As Tosh’s audience broadened out, and had come to include some people whose idea of liberation did not extend much past Legalise it (marijuana), Tosh was accused of some of becoming whitewashed.  Apparently it is the fate of any artist with something profound to say that the minute they create art of such universal beauty and depth that it attracts a large and contradictory audience, they will face charges of “treason” even from the very folks who are dramatically represented in the art, and therefore have every reason to defend such artist.

Rasta as Political Doctrine
It may strike some revolutionaries as peculiar, or even unbelievable, that some of the most rebellious people in the cultural arena on the planet today read the bible for daily guidance and regard a daily despotic Ethiopian ruler as leader and holy man.  That this is the case reveal something about our moment in history: the world at a treacherous pass, the way forward not very clear…many roads of resistance are taken. The doctrine of Peter Tosh was the Rastafarian religion.

The Pan Africanist call of  ‘Africa for the Africans’ rang from the white highlands to the goldmines of Johannesburg.  One of those who heard this rallying call was Marcus Garvey, one of the 126 000 workers who between 1902 and 1919 escaped the drudgery and abysmally low wages in Jamaica and migrated to Britain.

Garvey organised the Universal Negro Improvement Association(UNIA) on his return to Jamaica, and later in the US, to cement the bonds of racial consciousness. Garvey and UNIA stood in confrontation with capital, hence his newspaper, the Negro World, was banned.

UNIA’s mushrooming economic enterprises were economically sabotaged, and Marcus Garvey was first incarcerated and then deported from the US in 1927. He returned to the poverty stricken society that was Jamaica with a call for the poor to struggle and free themselves and channelled organised opposition and resistance into the Peoples Political Party. The Party called for self government and for breaking with the fawning imitation of everything British.

To many workers and farmers Garvey was a prophet, one of whose important prophecies concerned the crowning of a Black King in Africa.

When in 1930 Ras Tafari, son of Ras Makonnen of Harar, was Emperor of Ethiopia as Haile Selassie, King of Kings, Lord of Lords and Conquering Lion of Judah, those for whom the Bible held all the answers concluded that the Emperor was literally and biblically King of Kings.

The  crowning of Selassie came as a welcome diversion from the constant reminder of the white king George and his wife whose portraits were on the walls of all public buildings.  The fusion of the bible, where the works of Ja were praised in the Psalms, with the exploits of King Ja, the message of Garvey and the crowning of the Conquering Lion of the tribe of Judah was to provide the framework for a new deification, replacing the white god in heaven and his white representatives in Buckingham Palace with a Black King and a God held to have been prophesied in the Book of Revelations in the New Testament.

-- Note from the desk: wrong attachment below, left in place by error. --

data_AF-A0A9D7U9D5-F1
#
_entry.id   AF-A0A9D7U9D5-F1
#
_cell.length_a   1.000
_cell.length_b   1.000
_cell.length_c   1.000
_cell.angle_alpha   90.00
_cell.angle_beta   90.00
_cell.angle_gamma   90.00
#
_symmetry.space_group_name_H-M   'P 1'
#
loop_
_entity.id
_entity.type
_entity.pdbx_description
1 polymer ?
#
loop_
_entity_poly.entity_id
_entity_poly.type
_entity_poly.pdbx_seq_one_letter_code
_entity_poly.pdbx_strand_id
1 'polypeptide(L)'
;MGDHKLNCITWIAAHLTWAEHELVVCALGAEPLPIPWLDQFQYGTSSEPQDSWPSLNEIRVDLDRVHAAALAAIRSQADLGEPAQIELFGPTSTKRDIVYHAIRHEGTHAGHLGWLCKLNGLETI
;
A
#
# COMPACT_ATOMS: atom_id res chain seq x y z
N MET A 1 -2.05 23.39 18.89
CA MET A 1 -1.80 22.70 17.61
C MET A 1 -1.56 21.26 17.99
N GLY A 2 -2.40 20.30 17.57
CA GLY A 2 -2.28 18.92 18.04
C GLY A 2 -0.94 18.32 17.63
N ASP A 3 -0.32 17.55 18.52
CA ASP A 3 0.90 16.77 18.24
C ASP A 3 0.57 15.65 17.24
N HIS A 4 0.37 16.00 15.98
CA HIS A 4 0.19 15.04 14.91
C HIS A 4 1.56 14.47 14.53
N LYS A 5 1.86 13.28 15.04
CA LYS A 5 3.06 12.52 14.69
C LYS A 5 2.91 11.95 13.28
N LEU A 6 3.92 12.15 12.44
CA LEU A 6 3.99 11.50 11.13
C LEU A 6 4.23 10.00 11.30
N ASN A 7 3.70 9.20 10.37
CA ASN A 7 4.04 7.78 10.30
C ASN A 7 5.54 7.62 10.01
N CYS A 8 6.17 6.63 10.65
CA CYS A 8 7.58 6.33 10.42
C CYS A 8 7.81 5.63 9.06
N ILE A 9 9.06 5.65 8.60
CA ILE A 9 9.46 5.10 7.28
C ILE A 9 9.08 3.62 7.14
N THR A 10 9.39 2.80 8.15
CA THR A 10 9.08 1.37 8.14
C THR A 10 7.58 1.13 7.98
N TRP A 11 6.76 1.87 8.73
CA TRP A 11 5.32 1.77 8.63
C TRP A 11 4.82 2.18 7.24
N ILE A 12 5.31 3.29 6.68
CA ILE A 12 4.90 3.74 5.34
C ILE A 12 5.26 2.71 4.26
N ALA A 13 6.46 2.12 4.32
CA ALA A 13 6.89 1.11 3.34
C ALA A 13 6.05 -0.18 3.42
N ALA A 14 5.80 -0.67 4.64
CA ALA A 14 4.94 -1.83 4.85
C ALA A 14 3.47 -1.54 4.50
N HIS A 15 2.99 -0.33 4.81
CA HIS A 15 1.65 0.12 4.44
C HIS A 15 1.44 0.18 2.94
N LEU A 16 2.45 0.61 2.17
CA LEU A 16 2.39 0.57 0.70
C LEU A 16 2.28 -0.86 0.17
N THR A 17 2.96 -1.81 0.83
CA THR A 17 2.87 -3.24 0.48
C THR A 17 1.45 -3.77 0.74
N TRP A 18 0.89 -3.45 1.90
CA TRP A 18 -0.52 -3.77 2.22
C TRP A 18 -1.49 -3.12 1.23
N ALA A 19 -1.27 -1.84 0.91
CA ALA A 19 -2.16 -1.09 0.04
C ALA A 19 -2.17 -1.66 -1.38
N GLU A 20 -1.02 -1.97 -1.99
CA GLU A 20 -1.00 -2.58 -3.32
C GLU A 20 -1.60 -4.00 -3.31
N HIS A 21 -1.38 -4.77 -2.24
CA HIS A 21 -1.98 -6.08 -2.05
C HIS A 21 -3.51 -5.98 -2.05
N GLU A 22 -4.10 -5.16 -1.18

As the colonial answer to the Black Consciousness of Rastafari, the first Rastafarians were sentenced to imprisonment in mental institutions for their continuing cultural resistance. To compound the ‘insanity’, the men began to wear their hair like the Masai warriors of east Africa and called themselves locksmen or Nyamen.  In a society where Black women spent hours straightening their hair with hot combs (fryhead), where black girls were given white dolls and where schoolchildren instantly recreated a white image when called upon to draw a picture, these first Rastafarians were branded as violent criminals whose communes could be raided with impunity in the search for ganja.

Garvey also foresaw that if Selassie did not end the exploitation of his own people, he would be swept away by them: ” As far as we can see the Emperor’s term of usefulness is at an end for the present in Ethiopia. Abyssinia must be saved by the Abyssinian youth.”  Forty years of the contradiction of feeding meat to the lions while people starved culminated in the slave master Selassie’s overthrow and thrust Ethiopia into a long class struggle. It was this type of foresight, derived from a revolutionary perspective, which led many Jamaicans to regard Garvey as a prophet, a perspective whose continued relevance is evidenced in the words of the reggae group of Burning Spear: “Marcus Garvey’s words come to pass, can’t get no money to spend.”

The Rastafarian movement can be compared to the movement of the Jewish people at the time the Book of Revelations was written ie circa 60 AD.  This book of the New Testament, often quoted by Rastas, predicted the destruction of the Roman Empire and reflected the position of the Jewish people then- a people sorely oppressed but in many ways marginal to the Empire.